KATHMANDU, March 15: It seems that the intensified police campaign has not deterred drink-driving in the Valley.
Three months on since the Metropolitan Traffic Police Division (MTPD), Ramsahapath, launched the campaign against drink-driving, the number of people getting punished for drink-driving has not declined.
According to MTPD, the number of people punished for drink driving has surprisingly gone up over the last two months. The MTPD has been penalizing at least 200 people on an average every night for drink-driving, but if the data are anything to go by, the average number is on an increasing trend.
MPTD had punished 1,353 people in December and 2,831 people in January while 5,504 people were punished in February alone for drink-driving. Likewise, 3,383 people have been punished from March 1 to March 12.
Police had punished 447 people on March 9 for drink driving, the highest number on a single night till date since the campaign was launched on December 3, 2011.
Police officials, however, beg to differ. They argue that the increasing number of people punished for drink-driving is a result of intensified police checking not just on highways but also in the alleys.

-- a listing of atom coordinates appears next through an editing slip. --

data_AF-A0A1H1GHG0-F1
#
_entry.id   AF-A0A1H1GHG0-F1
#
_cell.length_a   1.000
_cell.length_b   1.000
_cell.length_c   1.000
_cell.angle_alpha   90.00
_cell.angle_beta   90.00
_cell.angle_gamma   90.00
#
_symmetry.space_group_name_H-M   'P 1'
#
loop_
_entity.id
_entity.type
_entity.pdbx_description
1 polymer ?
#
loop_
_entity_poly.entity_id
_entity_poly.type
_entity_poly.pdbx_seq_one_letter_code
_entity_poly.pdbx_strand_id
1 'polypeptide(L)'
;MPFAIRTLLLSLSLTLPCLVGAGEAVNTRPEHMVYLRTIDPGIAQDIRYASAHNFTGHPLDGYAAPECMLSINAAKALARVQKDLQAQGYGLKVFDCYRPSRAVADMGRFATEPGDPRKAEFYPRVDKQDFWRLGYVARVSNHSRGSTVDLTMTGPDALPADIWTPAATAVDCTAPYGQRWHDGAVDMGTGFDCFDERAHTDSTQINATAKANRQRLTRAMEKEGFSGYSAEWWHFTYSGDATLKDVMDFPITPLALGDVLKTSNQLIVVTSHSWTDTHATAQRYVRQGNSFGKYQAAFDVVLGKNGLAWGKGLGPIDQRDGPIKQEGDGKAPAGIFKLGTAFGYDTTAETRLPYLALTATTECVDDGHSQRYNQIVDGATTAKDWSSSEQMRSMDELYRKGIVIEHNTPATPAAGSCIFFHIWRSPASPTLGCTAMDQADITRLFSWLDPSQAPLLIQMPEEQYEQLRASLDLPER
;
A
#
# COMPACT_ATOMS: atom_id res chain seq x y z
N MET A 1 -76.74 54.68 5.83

“The number of people punished for drink-driving is increasing because we have intensified our checking,” said DIG Ganesh Raj Rai, chief of Metropolitan Traffic Police Division, Ramsahapath.
MTPD has collected more than Rs 10 million in revenues from people punished for drink-driving. MTPD fines Rs 1,000 for drink-driving.
Zero tolerance on drink-driving
Despite widespread protest from restaurateurs and civilians, MTPD has decided to continue with its policy of zero tolerance on drink-driving.
DIG Rai said, “The roads are very narrow and don´t have proper lights as well. We don´t have CCTVs like in Europe and America, so zero tolerance on drink-driving is a must.”
He added that the laws of the country do not allow drink driving. Clause 142 under vehicle and transport management act 2049 prohibits alcohol or drug consumption while driving. DIG Rana claimed that anti-drink-driving campaign has been effective in curbing night-time accidents.
Breathalyzers yet to arrive
Though the police had vowed to introduce breathalyzers within three weeks after the anti-drink-driving campaign was launched, they are yet to reach Nepal. Officials at the police headquarters informed that delay is due to alterations in specifications.
“The delivery of breathalyzers has been delayed as we changed its specification,” said DIG Binod Singh, spokesperson for the Nepal Police. He said they would introduce breathalyzers with rechargeable batteries to make them cost effective.
The police headquarters had placed an order for more than 350 breathalyzers from Singapore.